Small RNA molecules play major roles in a number of cellular functions. Depending on their predominant cellular location, small RNAs have been classified as nuclear (sn), nucleolar (sno) or cytoplasmic (sc). The nucleoplasmic species include the spliceosomal snRNAs (U1, U2, U4, U5 and U6) and the U7 snRNA required for histone pre‐mRNA 3′‐end formation. The snoRNAs are key players in the processing of ribosomal RNA (rRNA), and scRNAs function in protein synthesis. Most small RNAs have a complex life cycle, being synthesized as precursors that must undergo a series of processing events in order to become functionally mature. Many of these post‐transcriptional modifications are ‘guided’ by other small RNAs and occur in specific cellular compartments such as the nucleolus (Filipowicz and Pogacic, 2002). Two related papers in The EMBO Journal from the groups of Tamás Kiss and Edouard Bertrand now highlight a role for Cajal bodies in the post‐transcriptional modification of spliceosomal snRNAs and snoRNAs. Kiss and co‐workers report a new family of small RNAs that localize specifically to Cajal bodies and are involved in the maturation of spliceosomal snRNAs (Darzacq et al., 2002), and Bertrand and co‐workers show that the final processing steps involved in the biogenesis of U3 snoRNA take place in Cajal bodies (Verheggen et al., 2002).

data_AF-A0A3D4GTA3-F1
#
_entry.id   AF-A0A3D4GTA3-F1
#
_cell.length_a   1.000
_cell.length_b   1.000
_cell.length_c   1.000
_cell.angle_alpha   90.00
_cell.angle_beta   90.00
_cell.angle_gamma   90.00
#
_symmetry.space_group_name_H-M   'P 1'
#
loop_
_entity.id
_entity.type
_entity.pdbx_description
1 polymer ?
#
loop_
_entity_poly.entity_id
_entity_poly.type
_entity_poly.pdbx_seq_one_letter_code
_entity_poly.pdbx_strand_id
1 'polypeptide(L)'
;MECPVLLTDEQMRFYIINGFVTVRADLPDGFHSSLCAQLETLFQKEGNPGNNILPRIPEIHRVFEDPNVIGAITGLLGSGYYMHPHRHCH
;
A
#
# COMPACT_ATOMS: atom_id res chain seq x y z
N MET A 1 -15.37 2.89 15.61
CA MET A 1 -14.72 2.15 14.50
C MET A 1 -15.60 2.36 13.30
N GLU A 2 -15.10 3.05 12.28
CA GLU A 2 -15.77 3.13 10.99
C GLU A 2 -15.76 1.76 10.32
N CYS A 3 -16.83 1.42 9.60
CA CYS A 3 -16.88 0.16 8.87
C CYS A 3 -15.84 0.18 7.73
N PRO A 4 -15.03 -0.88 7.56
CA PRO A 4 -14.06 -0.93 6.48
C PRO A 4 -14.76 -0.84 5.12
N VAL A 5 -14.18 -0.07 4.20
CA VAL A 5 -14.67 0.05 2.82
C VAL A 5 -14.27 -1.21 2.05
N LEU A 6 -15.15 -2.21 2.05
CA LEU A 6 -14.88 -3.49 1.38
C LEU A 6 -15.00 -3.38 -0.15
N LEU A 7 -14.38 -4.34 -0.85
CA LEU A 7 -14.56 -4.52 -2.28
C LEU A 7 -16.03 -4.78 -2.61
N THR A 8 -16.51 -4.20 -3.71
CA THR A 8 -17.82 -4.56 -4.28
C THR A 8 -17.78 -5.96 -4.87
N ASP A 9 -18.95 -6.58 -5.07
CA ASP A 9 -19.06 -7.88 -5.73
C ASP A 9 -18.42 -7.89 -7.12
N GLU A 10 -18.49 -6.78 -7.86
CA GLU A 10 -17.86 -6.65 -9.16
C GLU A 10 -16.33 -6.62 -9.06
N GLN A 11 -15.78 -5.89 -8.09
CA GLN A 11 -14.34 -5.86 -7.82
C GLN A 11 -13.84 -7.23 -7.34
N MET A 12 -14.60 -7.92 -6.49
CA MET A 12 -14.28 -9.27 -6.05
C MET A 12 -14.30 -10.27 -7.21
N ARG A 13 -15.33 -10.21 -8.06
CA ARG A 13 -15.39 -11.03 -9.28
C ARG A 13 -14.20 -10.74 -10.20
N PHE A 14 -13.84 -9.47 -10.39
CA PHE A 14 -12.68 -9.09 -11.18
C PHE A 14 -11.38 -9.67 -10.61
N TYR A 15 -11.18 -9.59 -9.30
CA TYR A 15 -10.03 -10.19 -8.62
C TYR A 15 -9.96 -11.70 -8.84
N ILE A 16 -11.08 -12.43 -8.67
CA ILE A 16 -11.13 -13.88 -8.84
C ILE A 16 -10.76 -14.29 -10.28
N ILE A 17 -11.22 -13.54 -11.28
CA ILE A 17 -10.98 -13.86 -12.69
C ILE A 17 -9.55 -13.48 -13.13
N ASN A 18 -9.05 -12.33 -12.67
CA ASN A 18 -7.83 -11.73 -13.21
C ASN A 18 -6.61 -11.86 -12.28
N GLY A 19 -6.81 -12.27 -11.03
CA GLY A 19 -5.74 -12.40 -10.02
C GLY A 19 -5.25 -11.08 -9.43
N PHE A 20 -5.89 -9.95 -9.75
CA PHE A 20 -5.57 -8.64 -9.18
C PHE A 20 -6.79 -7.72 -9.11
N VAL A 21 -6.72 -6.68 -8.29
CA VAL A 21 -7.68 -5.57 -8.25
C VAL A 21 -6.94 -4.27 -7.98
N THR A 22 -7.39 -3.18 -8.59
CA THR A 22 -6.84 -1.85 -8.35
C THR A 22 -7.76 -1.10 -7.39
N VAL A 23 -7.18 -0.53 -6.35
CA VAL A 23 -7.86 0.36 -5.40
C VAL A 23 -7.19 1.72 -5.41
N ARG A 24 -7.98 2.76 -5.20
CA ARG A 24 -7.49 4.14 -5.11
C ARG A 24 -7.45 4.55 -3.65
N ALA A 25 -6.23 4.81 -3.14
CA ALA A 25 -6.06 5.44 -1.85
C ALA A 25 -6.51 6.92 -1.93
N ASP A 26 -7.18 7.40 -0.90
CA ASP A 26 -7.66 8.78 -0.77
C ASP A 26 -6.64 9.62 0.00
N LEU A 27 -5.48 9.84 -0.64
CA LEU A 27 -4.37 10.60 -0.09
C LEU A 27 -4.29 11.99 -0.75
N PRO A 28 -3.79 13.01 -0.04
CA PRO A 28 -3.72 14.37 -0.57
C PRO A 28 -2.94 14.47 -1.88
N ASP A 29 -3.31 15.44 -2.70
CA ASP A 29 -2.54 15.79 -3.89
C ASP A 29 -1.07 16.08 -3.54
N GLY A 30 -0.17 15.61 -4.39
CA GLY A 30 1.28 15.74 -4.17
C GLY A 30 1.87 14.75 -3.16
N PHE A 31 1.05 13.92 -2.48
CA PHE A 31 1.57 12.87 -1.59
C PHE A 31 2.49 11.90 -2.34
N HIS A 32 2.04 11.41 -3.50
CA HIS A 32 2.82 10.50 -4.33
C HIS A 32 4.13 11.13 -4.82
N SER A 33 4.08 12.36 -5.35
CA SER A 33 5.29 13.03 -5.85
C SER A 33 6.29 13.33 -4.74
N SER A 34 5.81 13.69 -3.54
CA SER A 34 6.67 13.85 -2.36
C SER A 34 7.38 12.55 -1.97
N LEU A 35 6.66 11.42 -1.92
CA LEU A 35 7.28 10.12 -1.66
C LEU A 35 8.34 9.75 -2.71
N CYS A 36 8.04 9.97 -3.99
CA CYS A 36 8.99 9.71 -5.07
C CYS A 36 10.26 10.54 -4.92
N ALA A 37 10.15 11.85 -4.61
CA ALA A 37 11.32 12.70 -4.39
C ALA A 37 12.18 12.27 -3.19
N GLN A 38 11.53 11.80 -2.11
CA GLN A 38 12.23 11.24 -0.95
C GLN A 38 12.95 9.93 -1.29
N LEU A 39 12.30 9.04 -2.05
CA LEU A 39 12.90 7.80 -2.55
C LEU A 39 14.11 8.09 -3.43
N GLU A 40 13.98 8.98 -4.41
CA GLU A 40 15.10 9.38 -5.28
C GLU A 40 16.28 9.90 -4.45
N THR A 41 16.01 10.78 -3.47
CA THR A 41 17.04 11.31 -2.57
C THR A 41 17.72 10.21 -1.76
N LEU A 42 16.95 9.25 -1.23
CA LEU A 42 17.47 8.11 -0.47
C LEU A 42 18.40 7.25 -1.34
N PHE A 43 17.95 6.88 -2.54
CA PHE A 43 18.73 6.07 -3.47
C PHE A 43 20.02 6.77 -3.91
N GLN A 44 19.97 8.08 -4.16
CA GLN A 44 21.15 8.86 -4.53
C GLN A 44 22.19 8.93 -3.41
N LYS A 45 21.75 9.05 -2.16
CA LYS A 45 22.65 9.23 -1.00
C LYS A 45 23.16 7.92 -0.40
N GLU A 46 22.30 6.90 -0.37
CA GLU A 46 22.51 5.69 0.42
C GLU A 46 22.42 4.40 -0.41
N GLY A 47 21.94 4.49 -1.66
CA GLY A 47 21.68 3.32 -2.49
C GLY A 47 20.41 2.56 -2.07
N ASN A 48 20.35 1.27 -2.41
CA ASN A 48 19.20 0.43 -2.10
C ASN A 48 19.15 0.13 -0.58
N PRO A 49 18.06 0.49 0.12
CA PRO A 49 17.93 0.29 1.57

Despite being identified around 100 years ago by the neurocytologist Ramon y Cajal, the function of Cajal bodies has so far proved elusive. When viewed with the electron microscope, these subnuclear ‘organelles’ appear to consist of a tangle of coiled threads and were hence also referred to as coiled bodies. Since they contain U7 snRNA and components of the three RNA polymerase transcription complexes, they have been proposed to be involved in the assembly of the transcriptional machinery and U7‐dependent histone mRNA 3′‐end processing (Gall, 2000). Furthermore, Cajal bodies are highly enriched in spliceosomal snRNAs, which contain many 2′‐O‐ribose‐methylated nucleotides and pseudouridines (Reddy and Busch, 1988). Kiss and co‐workers have now discovered a novel family of Cajal‐body‐specific small RNAs (termed scaRNAs) that have the potential to base‐pair with the U snRNAs and are likely to function as guides for the site‐specific 2′‐O‐ribose methylation and pseudouridine formation in U1, U2, U4 and U5 snRNAs (Darzacq et al., 2002; Figure 1A). Two of these authors have recently described an unusual small RNA, the U85 RNA (Jády and Kiss, 2001); now, in their latest paper, the group report three novel U85‐related RNAs, called U87, U88 and U89. What makes these small RNAs unusual is the simultaneous presence of short sequence elements termed box C/D and box H/ACA domains in the same molecule. Boxes C and D were initially described in snoRNAs that guide ribose methylation in rRNA, whereas conserved H and ACA boxes were identified in a separate group of snoRNAs that act as guides for pseudouridylation in rRNA (Filipowicz and Pogacic, 2002). These latest novel RNAs are therefore predicted to function both in 2′‐O methylation and pseudouridylation of the U5 and U4 snRNAs. Darzacq et al. (2002) also identify U90, U91 and U92 as three further novel RNAs that localize to Cajal bodies. The U90 and U91 RNAs contain the conserved C and D boxes (but not box H/ACA) and may guide methylation of the A70 and C8 residues in the U1 and U4 snRNAs, respectively. The U92 RNA lacks C and D boxes but contains box H/ACA and is, in theory, capable of directing pseudouridylation of residue U44 in the U2 snRNA (Table 1).